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US needs to step up rail security planning-study

October 7, 2005

By John Crawley

WASHINGTON (Reuters) – U.S. authorities have no timeline
yet for completing national rail security planning and should
consider techniques used by European authorities, congressional
investigators said on Friday.

The Government Accountability Office report was released as
New York City boosted subway security following an attack
threat. The review concluded that federal officials have made
some progress but still must develop a consistent approach for
analyzing risks for subway, commuter rail and Amtrak services
used by 11 million people each weekday.

“Until this framework is finalized and shared with
stakeholders it may not be possible to compare risks across
different sectors, prioritize them and allocate resources,” the
GAO said.

The report recommended the Transportation Security
Administration develop a timeline for completing assessments
and develop standards that can be measured and enforced.

GAO also said the government should closely evaluate
certain practices used overseas, including an information
clearing house on security technology as well as random bag and
passenger screening. New York authorities searched bags this
week.

TSA defended security efforts, saying the government has
taken “multiple steps” to enhance rail and transit security
through better communications, public awareness and threat
assessments. Homeland security officials also said they
reviewed security measures at various key rail operations after
the July bombings in London.

“This is an ongoing priority for TSA,” said Yolanda Clark,
an agency spokeswoman.

The GAO, the investigative arm of Congress, said it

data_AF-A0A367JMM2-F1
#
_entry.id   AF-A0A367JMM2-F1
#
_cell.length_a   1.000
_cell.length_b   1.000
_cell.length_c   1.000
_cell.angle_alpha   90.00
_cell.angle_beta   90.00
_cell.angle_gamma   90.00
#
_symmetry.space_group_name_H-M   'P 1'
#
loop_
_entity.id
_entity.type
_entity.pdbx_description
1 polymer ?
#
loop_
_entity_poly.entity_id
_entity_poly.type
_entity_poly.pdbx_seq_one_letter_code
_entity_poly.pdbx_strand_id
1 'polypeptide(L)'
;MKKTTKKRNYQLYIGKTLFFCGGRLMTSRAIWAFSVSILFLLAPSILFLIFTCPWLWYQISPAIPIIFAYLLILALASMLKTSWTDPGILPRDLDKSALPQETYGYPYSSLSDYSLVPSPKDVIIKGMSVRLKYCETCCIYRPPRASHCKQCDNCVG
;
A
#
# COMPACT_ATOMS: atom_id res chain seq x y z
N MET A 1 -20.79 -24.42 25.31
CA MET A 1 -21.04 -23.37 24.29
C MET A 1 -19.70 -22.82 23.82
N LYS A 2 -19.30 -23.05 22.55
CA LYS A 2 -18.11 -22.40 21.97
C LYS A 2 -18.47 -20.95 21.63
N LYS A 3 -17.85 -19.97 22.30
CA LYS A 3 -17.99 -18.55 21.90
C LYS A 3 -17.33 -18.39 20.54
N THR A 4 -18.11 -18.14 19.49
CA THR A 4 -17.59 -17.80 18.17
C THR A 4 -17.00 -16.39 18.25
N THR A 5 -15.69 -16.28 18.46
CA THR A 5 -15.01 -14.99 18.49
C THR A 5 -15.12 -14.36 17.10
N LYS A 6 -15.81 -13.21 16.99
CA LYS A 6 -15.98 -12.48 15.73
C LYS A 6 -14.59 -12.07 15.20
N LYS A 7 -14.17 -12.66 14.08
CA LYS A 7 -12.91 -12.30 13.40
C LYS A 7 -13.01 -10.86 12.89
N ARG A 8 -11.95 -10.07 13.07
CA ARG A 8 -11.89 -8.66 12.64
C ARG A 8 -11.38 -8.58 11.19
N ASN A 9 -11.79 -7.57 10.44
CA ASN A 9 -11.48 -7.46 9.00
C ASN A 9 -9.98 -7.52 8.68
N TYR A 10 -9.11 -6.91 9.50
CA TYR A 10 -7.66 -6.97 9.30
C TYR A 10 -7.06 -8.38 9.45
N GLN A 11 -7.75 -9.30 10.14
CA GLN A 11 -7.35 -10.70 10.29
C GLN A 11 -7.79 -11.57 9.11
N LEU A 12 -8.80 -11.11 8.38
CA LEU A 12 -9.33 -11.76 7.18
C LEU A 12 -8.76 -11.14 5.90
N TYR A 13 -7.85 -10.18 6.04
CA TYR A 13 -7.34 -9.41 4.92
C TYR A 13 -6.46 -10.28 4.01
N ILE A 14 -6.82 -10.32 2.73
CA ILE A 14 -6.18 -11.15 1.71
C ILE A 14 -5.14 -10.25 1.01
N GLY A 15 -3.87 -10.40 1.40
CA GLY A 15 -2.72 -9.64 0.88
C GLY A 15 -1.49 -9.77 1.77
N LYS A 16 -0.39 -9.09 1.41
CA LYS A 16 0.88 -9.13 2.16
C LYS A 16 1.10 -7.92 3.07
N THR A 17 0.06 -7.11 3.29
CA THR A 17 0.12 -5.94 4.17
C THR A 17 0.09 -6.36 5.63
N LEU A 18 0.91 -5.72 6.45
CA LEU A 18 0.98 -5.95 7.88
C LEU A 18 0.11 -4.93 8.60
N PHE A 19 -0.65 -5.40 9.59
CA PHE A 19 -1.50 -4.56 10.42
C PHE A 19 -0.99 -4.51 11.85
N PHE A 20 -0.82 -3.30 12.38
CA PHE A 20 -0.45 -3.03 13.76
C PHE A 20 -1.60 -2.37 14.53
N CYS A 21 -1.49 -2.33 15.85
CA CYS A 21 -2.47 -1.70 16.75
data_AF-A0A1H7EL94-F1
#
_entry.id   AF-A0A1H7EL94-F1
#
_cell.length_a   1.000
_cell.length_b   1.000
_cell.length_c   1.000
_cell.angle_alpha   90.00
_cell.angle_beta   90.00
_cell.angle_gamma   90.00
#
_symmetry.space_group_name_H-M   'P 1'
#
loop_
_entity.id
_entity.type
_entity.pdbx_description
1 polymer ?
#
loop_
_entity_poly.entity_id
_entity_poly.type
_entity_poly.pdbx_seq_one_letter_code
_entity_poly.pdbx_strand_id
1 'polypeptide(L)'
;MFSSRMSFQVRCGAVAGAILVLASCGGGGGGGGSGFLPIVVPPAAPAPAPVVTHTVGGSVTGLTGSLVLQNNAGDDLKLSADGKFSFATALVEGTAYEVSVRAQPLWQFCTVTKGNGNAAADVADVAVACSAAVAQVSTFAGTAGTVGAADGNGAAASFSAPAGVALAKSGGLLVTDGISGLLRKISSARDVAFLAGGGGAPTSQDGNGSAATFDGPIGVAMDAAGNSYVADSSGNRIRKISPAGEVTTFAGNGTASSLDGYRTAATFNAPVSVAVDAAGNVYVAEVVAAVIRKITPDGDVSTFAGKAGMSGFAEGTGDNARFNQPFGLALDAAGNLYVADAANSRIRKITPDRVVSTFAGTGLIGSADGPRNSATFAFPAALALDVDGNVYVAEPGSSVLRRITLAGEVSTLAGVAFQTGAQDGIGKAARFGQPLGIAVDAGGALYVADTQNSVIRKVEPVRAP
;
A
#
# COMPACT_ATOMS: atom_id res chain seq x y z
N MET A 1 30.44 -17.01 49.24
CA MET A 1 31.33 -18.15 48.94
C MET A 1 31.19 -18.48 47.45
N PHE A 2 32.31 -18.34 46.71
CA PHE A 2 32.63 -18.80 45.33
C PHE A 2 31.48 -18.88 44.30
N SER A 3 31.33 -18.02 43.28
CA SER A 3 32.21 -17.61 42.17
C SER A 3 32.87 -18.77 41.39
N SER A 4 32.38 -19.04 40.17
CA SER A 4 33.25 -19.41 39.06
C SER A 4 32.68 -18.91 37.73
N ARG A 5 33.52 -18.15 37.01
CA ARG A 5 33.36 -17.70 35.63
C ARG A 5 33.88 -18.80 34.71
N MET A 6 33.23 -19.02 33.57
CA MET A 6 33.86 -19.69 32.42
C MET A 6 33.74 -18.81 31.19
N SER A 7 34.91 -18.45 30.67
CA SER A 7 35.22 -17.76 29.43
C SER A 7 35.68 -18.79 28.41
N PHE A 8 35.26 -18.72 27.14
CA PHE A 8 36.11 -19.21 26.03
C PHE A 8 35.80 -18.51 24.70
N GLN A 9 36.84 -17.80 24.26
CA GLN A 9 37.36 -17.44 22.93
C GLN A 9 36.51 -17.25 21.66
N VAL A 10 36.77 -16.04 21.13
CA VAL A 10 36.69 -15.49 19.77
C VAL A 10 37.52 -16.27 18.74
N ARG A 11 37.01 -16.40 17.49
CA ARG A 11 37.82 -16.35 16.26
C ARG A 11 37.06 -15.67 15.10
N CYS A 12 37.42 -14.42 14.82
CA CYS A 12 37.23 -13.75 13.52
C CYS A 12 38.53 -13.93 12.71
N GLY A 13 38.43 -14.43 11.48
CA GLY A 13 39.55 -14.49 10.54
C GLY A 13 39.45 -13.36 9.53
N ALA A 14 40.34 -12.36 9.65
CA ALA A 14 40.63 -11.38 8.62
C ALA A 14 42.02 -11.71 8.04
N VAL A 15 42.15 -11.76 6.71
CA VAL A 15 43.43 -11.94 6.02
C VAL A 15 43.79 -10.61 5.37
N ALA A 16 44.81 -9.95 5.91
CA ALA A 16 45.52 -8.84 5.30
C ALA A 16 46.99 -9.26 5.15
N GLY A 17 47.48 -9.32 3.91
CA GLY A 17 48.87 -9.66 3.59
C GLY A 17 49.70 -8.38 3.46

assessed 32 passenger rail systems in the United States,
including commuter rail and subway operators and Amtrak, from
May 2004 to July 2005. Investigators also met with several
train operators in Europe and Asia.

Following the Madrid train bombings in May 2004, homeland
security officials ordered more frequent inspections at train
stations and the use of bomb-sniffing dogs when available. But
Congress and President George W. Bush have demanded a broader
strategy. The special commission that investigated the
September 11, 2001, attacks also recommended a detailed
approach.

Risk management requires agencies to determine which
systems are most vulnerable to attack and to establish
long-term priorities, goals and alternative options.

But authorities have so far completed seven scheduled
assessments for rail systems — including New York and
Washington. Twelve are in progress and 11 other transit systems
have asked for help.

Experts agree that securing subway and commuter rail
systems is complicated by sprawling designs, multiple access
points, countless stations and crowded conditions.

Transit groups have complained about federal rail security
funding — about $200 million in 2005 — compared to the
billions of dollars spent to secure aviation.




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